In no other country is there such an anomalous provision.



6o Constitution-making

It is neither logical nor practical to pass a vote of confidence
on a prospective minister before he receives office. The
record of his previous career may be no clue to his fitness
for the\30st for which he is now proposed. The convention
has been in vogue in England and in France that only those
will be appointed who are supported by a majority in
Parliament, but as party machinery in China is not run on
intelligible lines, it would be difficult for the President to
know who are so supported, even if he had no preference
for his own men. Diplomatic courtesy and nicety require
that an informal inquiry should be made of the receiving
State as to the acceptability of a proposed ambassador.
This acceptability is not always coincident with his accep-
tance by Parliament. Secret agents are sometimes sent on
diplomatic missions, and it would be absurd to let Parliament
intervene. The Chinese Government once proposed to send
a special envoy to Japan to confer a decoration on the
Japanese Emperor. The Government contended that the
restriction of the Constitution only covered regular ambas-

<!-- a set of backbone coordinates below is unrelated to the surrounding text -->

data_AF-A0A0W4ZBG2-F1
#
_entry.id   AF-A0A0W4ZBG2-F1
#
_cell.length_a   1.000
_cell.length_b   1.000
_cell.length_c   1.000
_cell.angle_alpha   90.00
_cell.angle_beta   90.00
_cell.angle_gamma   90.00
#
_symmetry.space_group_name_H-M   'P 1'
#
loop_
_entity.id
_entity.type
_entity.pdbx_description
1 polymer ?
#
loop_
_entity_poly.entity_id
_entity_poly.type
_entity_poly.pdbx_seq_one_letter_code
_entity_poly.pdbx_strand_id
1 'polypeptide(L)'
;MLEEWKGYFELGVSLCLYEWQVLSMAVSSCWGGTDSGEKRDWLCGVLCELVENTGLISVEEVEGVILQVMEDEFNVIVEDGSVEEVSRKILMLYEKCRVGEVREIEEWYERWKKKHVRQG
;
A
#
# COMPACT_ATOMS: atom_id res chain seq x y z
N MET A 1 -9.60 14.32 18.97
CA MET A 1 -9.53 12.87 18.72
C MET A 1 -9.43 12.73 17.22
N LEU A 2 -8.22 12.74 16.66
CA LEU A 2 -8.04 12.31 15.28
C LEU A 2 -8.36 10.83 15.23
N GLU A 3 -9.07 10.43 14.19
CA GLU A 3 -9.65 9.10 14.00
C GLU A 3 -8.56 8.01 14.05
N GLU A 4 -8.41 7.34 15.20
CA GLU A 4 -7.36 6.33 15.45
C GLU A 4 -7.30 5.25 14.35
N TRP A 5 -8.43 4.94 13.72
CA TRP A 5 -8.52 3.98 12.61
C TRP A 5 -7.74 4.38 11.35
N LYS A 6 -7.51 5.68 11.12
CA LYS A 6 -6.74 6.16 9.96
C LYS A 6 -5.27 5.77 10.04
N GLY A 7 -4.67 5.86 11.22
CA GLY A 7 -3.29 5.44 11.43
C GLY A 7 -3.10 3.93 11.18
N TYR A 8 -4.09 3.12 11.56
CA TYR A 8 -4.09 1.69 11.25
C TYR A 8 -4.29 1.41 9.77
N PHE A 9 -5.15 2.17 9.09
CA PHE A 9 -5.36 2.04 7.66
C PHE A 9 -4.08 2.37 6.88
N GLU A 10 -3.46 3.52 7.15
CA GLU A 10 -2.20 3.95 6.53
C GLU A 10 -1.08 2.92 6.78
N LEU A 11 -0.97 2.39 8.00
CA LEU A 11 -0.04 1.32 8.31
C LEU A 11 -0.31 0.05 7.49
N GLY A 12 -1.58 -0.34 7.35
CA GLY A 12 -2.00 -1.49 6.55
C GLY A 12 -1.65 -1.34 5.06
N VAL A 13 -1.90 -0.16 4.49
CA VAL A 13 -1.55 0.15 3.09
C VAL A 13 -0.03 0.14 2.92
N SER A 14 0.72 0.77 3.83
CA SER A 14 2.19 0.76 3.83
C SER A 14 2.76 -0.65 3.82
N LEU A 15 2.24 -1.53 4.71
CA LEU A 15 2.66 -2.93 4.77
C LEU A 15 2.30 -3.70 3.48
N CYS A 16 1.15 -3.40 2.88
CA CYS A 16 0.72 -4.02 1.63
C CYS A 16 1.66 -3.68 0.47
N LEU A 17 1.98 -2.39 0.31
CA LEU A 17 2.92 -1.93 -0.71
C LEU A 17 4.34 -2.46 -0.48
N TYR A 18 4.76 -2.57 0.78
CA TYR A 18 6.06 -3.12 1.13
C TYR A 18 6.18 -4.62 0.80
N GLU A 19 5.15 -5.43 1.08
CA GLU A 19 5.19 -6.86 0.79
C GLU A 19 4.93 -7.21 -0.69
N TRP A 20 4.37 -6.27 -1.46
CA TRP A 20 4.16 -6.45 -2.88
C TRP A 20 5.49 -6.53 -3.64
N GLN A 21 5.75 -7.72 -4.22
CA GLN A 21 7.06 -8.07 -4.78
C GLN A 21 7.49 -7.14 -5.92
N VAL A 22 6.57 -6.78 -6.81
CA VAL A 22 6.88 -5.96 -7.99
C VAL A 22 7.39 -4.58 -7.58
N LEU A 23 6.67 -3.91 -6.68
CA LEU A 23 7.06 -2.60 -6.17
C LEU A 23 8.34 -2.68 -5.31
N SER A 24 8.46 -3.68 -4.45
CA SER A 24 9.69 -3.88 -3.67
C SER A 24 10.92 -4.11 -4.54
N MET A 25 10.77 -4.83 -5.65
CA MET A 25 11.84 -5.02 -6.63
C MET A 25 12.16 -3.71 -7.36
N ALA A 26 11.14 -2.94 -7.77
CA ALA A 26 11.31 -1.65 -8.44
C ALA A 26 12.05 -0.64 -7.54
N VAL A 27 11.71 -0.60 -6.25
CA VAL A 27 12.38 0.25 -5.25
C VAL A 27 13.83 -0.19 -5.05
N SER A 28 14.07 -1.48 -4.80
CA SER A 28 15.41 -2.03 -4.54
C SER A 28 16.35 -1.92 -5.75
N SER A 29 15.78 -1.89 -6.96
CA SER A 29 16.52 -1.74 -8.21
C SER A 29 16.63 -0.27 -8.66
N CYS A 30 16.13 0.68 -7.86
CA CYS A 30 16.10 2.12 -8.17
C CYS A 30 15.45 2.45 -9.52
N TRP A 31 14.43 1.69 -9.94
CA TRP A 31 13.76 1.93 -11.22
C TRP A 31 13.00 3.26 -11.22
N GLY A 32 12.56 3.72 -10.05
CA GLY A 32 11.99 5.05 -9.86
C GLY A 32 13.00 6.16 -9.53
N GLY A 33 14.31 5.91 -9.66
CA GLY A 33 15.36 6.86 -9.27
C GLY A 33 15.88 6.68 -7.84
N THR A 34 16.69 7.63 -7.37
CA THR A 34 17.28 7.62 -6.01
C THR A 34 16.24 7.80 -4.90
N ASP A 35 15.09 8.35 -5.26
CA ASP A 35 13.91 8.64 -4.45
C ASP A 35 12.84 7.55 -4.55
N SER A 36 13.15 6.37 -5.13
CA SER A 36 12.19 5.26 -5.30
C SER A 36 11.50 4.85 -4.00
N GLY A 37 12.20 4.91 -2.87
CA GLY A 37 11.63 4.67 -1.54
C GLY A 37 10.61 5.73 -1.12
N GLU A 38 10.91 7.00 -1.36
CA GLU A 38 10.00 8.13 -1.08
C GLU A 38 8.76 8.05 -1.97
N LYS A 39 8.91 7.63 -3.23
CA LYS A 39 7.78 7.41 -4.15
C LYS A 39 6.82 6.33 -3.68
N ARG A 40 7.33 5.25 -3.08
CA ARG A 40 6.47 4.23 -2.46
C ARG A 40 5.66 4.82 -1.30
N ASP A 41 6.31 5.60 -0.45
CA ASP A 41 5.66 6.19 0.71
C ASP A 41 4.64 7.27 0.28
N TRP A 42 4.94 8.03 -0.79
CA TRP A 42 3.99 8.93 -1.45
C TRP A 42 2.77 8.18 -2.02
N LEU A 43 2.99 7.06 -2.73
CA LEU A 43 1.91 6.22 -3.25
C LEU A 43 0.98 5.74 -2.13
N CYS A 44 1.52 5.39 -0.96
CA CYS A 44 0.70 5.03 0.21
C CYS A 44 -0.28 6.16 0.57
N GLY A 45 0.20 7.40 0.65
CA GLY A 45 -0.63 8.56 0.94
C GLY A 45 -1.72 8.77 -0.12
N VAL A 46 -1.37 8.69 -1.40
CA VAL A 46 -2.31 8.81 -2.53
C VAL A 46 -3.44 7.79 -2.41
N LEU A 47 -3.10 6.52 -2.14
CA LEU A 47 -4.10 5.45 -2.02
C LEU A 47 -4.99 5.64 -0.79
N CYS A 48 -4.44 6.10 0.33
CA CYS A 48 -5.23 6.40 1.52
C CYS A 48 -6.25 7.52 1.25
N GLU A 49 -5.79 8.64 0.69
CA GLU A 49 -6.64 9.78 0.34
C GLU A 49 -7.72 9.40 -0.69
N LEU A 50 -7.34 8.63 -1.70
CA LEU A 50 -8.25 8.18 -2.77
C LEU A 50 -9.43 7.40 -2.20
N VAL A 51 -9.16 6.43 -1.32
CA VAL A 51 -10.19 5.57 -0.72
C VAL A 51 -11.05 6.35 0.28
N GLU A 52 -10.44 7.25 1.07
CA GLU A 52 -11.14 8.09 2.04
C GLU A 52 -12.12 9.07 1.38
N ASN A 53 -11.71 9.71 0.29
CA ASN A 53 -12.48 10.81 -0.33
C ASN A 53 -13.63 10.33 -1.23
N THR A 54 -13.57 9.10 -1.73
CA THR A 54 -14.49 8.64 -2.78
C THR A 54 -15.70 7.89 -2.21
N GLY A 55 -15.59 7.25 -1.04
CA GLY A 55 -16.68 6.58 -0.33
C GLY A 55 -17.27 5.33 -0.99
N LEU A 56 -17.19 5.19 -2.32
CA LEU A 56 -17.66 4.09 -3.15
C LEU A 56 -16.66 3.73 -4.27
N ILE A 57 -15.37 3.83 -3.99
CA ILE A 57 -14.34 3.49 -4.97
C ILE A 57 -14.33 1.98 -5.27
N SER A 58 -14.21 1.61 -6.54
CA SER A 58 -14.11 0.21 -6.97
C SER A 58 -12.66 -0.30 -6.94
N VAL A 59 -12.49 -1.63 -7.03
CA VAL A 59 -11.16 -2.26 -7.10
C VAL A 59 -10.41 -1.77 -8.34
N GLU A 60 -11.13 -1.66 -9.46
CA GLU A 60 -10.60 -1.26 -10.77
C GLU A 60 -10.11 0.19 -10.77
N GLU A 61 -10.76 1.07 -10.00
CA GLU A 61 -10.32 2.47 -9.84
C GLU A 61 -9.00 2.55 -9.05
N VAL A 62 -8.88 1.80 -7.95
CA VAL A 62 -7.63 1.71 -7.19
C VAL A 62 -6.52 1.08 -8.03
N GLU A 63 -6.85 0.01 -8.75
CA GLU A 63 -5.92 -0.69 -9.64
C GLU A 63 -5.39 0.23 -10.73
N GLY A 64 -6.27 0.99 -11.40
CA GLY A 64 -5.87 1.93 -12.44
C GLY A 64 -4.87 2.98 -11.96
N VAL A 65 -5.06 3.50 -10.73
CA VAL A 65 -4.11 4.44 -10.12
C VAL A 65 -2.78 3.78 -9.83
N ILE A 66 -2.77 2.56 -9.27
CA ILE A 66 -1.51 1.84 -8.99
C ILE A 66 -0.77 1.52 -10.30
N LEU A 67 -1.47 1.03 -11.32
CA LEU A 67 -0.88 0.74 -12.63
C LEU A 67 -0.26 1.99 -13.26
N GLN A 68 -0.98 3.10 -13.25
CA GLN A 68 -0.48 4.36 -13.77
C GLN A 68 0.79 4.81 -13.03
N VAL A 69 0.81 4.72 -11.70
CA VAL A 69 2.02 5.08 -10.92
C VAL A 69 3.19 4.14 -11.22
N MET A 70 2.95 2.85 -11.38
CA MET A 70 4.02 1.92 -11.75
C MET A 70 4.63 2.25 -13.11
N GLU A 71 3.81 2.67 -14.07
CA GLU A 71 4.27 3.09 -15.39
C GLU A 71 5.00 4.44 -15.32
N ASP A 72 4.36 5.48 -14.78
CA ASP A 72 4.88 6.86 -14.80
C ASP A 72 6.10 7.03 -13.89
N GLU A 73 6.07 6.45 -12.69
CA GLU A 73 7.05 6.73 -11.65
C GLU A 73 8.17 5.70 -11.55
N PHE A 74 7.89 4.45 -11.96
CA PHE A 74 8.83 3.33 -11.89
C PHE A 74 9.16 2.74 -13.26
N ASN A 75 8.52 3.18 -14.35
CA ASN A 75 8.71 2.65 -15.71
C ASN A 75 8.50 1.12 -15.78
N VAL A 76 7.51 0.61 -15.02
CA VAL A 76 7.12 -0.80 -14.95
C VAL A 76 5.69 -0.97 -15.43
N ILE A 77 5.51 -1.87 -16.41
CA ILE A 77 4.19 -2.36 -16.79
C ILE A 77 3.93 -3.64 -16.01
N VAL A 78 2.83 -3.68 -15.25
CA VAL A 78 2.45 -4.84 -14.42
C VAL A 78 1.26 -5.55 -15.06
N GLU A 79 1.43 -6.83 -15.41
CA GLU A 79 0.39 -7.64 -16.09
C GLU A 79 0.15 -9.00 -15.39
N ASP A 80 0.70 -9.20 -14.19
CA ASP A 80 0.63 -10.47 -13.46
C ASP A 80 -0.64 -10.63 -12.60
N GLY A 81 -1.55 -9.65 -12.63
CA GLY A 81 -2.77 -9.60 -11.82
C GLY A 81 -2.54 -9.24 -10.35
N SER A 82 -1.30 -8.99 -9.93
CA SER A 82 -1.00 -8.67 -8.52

sadors but not envoys on special missions. Parliament did
not accept this contention, and a long conflict ensued.

It will be interesting to examine at this juncture the
relation of the President to the Cabinet, but, to avoid over-
lapping, I defer it to the next chapter. Here I only make
a few remarks and observations on the Presidency of China.

' The President is replaced by the Vice-President in case
he is unable to attend to his duty during his term of office.'
This clause of the Provisional Constitution has proved
a means of saving the country from much trouble and
bloodshed, as both the first and the second President have
been obliged to quit office before the end of their terms.
Successors to them were immediately found in the Vice-



President 6i

Presidents without any elections, but the Vice-President
only acts as President for the remaining period of the term,
and a new election is necessary at its expiry. The Vice-
President is elected in the same manner and at the same
time as the President, and he is usually a governor in some
important province.

As Commander-in-Chief of the army and navy, the
President has the power to fix the strength of regulars
and reserves, and to direct the movements of troops.
In virtue of this high office, he has developed the
power of establishing in his ' palace ' General Head-
quarters, to which all military governors return when
relieved of provincial duties. Under an energetic President,
the War Office, the Admiralty, and the General Staff would
all be made subordinate to this supreme military institution ;